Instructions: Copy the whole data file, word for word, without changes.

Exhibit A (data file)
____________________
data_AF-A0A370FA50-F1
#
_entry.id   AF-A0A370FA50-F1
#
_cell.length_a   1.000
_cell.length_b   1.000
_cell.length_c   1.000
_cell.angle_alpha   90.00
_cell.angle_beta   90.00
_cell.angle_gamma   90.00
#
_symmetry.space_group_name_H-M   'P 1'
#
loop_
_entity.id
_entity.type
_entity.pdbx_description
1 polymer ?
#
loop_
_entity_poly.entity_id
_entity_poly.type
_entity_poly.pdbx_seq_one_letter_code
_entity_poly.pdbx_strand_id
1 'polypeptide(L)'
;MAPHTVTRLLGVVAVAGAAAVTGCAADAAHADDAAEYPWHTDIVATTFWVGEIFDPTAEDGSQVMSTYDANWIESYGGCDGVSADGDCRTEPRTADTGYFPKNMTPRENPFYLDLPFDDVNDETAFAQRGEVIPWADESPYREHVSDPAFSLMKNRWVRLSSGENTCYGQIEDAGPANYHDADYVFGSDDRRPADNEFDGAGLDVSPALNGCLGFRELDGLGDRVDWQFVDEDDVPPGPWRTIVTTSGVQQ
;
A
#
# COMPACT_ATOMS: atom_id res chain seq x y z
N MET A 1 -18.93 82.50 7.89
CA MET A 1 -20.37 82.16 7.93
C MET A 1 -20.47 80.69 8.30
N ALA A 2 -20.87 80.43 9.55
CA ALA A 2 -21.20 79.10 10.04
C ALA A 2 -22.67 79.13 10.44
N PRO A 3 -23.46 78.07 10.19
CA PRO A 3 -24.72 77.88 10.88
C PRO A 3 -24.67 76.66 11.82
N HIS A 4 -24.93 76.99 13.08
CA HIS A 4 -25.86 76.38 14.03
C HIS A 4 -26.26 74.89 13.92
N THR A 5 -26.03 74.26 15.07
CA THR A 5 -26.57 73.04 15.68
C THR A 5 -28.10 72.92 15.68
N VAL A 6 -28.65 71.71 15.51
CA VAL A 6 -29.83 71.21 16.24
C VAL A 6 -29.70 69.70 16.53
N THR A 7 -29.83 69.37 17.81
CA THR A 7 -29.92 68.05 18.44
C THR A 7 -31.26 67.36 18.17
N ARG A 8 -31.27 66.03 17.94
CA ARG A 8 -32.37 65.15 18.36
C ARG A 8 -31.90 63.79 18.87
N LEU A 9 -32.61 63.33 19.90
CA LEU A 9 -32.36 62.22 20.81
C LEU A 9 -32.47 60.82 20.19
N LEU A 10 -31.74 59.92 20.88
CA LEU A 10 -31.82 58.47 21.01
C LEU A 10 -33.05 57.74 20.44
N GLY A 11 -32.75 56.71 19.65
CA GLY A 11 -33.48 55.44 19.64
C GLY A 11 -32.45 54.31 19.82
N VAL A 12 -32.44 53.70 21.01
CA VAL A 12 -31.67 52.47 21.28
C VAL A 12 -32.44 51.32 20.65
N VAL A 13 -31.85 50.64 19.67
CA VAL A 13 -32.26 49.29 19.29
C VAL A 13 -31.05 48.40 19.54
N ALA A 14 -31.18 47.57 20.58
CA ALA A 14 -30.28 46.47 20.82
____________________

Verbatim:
data_AF-A0A370FA50-F1
#
_entry.id   AF-A0A370FA50-F1
#
_cell.length_a   1.000
_cell.length_b   1.000
_cell.length_c   1.000
_cell.angle_alpha   90.00
_cell.angle_beta   90.00
_cell.angle_gamma   90.00
#
_symmetry.space_group_name_H-M   'P 1'
#
loop_
_entity.id
_entity.type
_entity.pdbx_description
1 polymer ?
#
loop_
_entity_poly.entity_id
_entity_poly.type
_entity_poly.pdbx_seq_one_letter_code
_entity_poly.pdbx_strand_id
1 'polypeptide(L)'
;MAPHTVTRLLGVVAVAGAAAVTGCAADAAHADDAAEYPWHTDIVATTFWVGEIFDPTAEDGSQVMSTYDANWIESYGGCDGVSADGDCRTEPRTADTGYFPKNMTPRENPFYLDLPFDDVNDETAFAQRGEVIPWADESPYREHVSDPAFSLMKNRWVRLSSGENTCYGQIEDAGPANYHDADYVFGSDDRRPADNEFDGAGLDVSPALNGCLGFRELDGLGDRVDWQFVDEDDVPPGPWRTIVTTSGVQQ
;
A
#
# COMPACT_ATOMS: atom_id res chain seq x y z
N MET A 1 -18.93 82.50 7.89
CA MET A 1 -20.37 82.16 7.93
C MET A 1 -20.47 80.69 8.30
N ALA A 2 -20.87 80.43 9.55
CA ALA A 2 -21.20 79.10 10.04
C ALA A 2 -22.67 79.13 10.44
N PRO A 3 -23.46 78.07 10.19
CA PRO A 3 -24.72 77.88 10.88
C PRO A 3 -24.67 76.66 11.82
N HIS A 4 -24.93 76.99 13.08
CA HIS A 4 -25.86 76.38 14.03
C HIS A 4 -26.26 74.89 13.92
N THR A 5 -26.03 74.26 15.07
CA THR A 5 -26.57 73.04 15.68
C THR A 5 -28.10 72.92 15.68
N VAL A 6 -28.65 71.71 15.51
CA VAL A 6 -29.83 71.21 16.24
C VAL A 6 -29.70 69.70 16.53
N THR A 7 -29.83 69.37 17.81
CA THR A 7 -29.92 68.05 18.44
C THR A 7 -31.26 67.36 18.17
N ARG A 8 -31.27 66.03 17.94
CA ARG A 8 -32.37 65.15 18.36
C ARG A 8 -31.90 63.79 18.87
N LEU A 9 -32.61 63.33 19.90
CA LEU A 9 -32.36 62.22 20.81
C LEU A 9 -32.47 60.82 20.19
N LEU A 10 -31.74 59.92 20.88
CA LEU A 10 -31.82 58.47 21.01
C LEU A 10 -33.05 57.74 20.44
N GLY A 11 -32.75 56.71 19.65
CA GLY A 11 -33.48 55.44 19.64
C GLY A 11 -32.45 54.31 19.82
N VAL A 12 -32.44 53.70 21.01
CA VAL A 12 -31.67 52.47 21.28
C VAL A 12 -32.44 51.32 20.65
N VAL A 13 -31.85 50.64 19.67
CA VAL A 13 -32.26 49.29 19.29
C VAL A 13 -31.05 48.40 19.54
N ALA A 14 -31.18 47.57 20.58
CA ALA A 14 -30.28 46.47 20.82